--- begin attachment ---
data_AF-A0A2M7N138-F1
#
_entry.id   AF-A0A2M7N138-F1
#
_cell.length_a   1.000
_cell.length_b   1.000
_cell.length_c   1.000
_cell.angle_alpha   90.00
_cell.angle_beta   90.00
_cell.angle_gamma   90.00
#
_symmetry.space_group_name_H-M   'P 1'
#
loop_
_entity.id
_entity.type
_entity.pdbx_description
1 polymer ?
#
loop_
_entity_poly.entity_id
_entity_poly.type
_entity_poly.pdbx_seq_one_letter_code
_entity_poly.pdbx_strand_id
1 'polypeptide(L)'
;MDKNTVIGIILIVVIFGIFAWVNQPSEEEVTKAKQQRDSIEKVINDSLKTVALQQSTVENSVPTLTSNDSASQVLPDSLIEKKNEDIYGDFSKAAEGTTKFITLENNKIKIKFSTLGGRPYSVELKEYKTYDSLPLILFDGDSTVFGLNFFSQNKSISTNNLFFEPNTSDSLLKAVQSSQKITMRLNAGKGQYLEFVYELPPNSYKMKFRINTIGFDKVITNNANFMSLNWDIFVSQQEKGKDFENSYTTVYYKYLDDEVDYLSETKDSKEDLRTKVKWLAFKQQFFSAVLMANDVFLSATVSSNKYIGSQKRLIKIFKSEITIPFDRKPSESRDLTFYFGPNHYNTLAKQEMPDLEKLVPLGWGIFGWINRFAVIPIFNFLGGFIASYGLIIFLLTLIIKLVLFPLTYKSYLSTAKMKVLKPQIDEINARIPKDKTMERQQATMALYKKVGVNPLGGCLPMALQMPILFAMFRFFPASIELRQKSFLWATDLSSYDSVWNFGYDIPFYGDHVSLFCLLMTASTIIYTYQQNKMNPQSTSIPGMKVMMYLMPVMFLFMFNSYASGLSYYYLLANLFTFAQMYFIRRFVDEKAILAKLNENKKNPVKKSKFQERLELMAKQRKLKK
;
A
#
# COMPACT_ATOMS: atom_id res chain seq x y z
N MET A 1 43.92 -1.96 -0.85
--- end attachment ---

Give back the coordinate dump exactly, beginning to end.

data_AF-A0A2M7N138-F1
#
_entry.id   AF-A0A2M7N138-F1
#
_cell.length_a   1.000
_cell.length_b   1.000
_cell.length_c   1.000
_cell.angle_alpha   90.00
_cell.angle_beta   90.00
_cell.angle_gamma   90.00
#
_symmetry.space_group_name_H-M   'P 1'
#
loop_
_entity.id
_entity.type
_entity.pdbx_description
1 polymer ?
#
loop_
_entity_poly.entity_id
_entity_poly.type
_entity_poly.pdbx_seq_one_letter_code
_entity_poly.pdbx_strand_id
1 'polypeptide(L)'
;MDKNTVIGIILIVVIFGIFAWVNQPSEEEVTKAKQQRDSIEKVINDSLKTVALQQSTVENSVPTLTSNDSASQVLPDSLIEKKNEDIYGDFSKAAEGTTKFITLENNKIKIKFSTLGGRPYSVELKEYKTYDSLPLILFDGDSTVFGLNFFSQNKSISTNNLFFEPNTSDSLLKAVQSSQKITMRLNAGKGQYLEFVYELPPNSYKMKFRINTIGFDKVITNNANFMSLNWDIFVSQQEKGKDFENSYTTVYYKYLDDEVDYLSETKDSKEDLRTKVKWLAFKQQFFSAVLMANDVFLSATVSSNKYIGSQKRLIKIFKSEITIPFDRKPSESRDLTFYFGPNHYNTLAKQEMPDLEKLVPLGWGIFGWINRFAVIPIFNFLGGFIASYGLIIFLLTLIIKLVLFPLTYKSYLSTAKMKVLKPQIDEINARIPKDKTMERQQATMALYKKVGVNPLGGCLPMALQMPILFAMFRFFPASIELRQKSFLWATDLSSYDSVWNFGYDIPFYGDHVSLFCLLMTASTIIYTYQQNKMNPQSTSIPGMKVMMYLMPVMFLFMFNSYASGLSYYYLLANLFTFAQMYFIRRFVDEKAILAKLNENKKNPVKKSKFQERLELMAKQRKLKK
;
A
#
# COMPACT_ATOMS: atom_id res chain seq x y z
N MET A 1 43.92 -1.96 -0.85